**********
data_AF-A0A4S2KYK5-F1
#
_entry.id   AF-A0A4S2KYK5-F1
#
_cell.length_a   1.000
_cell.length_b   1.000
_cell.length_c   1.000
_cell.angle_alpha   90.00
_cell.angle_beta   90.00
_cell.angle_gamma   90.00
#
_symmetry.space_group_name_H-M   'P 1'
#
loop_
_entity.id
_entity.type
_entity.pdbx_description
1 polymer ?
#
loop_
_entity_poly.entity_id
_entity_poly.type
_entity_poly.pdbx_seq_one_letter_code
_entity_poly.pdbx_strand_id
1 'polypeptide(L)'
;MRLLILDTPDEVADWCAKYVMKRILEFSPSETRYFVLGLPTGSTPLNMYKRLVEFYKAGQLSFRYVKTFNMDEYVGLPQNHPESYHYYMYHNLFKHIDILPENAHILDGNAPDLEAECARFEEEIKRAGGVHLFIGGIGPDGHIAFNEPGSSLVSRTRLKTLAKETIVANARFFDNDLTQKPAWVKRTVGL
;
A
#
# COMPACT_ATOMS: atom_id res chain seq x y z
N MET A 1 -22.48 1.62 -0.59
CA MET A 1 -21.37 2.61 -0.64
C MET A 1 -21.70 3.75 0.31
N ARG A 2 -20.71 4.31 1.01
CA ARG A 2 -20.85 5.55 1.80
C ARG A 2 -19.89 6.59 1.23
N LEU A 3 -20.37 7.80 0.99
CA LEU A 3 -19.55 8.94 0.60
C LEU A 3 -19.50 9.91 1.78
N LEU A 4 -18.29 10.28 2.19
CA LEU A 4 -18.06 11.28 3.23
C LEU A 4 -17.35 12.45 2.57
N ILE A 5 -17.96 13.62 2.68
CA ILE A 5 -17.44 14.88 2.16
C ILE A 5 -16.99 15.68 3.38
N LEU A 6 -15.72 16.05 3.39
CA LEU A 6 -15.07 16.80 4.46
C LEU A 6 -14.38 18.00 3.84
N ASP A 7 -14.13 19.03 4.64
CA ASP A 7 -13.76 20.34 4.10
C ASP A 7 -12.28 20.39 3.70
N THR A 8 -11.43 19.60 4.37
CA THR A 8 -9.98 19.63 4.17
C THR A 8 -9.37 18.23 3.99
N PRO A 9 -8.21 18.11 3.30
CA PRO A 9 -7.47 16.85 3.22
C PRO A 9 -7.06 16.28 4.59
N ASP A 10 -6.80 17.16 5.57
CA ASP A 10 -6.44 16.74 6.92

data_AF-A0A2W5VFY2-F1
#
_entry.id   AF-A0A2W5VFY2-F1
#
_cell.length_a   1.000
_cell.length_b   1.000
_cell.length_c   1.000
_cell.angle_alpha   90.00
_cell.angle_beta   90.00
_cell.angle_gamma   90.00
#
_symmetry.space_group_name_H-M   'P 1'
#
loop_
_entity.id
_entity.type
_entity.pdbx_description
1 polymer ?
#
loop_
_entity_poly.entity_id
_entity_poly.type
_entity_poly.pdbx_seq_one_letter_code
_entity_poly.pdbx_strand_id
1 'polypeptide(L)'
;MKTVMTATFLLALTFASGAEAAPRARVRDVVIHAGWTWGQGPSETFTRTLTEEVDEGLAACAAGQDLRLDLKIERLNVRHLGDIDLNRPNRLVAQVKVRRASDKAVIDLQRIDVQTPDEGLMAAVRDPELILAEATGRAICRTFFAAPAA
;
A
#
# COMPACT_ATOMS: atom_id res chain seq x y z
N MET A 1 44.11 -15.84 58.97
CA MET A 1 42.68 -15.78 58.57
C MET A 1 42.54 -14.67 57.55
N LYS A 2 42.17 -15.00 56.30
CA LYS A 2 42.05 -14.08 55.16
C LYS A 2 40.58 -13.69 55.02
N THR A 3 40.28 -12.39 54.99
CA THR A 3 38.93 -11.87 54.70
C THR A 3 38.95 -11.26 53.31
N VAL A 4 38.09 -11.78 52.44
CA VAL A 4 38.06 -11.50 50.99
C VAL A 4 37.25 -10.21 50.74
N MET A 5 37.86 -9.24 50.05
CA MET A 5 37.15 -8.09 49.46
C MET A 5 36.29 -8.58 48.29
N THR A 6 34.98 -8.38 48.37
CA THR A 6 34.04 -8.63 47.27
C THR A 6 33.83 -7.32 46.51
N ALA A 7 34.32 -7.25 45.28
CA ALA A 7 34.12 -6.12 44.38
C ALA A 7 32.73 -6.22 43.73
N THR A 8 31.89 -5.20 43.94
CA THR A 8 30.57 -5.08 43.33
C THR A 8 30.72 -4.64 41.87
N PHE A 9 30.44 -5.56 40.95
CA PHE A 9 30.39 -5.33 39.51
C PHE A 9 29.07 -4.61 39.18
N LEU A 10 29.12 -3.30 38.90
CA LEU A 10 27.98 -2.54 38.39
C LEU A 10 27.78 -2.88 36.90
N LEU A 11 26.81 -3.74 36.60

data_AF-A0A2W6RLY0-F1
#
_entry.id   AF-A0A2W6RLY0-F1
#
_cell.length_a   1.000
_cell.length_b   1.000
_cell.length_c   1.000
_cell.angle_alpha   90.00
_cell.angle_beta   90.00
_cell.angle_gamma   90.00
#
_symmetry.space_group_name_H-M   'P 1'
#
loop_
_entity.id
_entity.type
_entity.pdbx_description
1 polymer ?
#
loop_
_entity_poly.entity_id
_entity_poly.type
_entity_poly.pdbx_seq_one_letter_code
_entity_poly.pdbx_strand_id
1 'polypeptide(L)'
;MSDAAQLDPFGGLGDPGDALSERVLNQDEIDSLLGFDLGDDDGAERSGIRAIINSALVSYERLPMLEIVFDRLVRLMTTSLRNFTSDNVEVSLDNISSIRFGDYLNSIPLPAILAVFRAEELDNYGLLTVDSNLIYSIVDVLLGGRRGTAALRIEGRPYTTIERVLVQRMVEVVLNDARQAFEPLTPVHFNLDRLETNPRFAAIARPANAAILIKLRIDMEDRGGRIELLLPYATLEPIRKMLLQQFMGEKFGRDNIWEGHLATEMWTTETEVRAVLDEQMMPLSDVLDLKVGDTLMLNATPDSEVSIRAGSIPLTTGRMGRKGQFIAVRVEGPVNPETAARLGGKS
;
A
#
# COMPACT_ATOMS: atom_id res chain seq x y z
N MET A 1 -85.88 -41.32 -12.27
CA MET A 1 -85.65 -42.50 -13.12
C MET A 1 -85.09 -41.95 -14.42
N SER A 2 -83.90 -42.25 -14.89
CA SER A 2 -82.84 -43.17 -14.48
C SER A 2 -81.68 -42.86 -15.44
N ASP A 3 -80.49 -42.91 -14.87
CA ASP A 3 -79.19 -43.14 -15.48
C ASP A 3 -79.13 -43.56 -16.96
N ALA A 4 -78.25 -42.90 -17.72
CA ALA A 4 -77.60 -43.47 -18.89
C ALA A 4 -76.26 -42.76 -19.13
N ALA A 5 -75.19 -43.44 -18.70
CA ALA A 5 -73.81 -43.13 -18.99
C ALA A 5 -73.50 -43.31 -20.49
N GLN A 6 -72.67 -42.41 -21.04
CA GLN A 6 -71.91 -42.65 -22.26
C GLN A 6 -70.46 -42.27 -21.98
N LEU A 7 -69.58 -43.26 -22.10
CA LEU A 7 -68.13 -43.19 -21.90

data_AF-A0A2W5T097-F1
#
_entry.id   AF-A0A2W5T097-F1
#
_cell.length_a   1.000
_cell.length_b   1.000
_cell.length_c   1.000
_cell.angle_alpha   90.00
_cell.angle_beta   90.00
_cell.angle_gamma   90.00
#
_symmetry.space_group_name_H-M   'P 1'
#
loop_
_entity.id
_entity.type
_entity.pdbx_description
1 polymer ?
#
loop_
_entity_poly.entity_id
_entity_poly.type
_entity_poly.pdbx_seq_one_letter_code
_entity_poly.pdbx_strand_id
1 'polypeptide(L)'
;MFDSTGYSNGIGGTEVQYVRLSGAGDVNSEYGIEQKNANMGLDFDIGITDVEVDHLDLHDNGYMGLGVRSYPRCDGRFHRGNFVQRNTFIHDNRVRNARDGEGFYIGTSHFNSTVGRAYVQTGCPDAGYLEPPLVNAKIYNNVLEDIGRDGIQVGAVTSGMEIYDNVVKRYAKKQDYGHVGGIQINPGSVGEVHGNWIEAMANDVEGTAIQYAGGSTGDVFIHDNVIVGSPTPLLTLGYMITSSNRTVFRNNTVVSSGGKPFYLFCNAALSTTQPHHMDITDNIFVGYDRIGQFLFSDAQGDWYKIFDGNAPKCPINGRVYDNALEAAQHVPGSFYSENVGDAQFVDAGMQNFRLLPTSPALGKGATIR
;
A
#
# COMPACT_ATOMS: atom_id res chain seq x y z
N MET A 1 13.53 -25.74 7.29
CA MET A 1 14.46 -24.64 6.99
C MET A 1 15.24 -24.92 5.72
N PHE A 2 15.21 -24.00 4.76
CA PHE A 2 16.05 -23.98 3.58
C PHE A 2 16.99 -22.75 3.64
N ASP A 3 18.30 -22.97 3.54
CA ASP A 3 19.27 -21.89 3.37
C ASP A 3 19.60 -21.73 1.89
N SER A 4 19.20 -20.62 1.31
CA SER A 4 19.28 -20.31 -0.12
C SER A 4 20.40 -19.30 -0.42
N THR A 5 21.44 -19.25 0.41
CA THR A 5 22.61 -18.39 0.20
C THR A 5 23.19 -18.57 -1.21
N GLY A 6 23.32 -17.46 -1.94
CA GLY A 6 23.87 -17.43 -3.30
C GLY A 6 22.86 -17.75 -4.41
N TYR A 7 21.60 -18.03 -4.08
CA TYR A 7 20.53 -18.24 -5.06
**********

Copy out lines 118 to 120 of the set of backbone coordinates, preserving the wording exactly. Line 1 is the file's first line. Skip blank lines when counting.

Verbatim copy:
CA LEU A 10 27.98 -2.54 38.39
C LEU A 10 27.78 -2.88 36.90
N LEU A 11 26.81 -3.74 36.60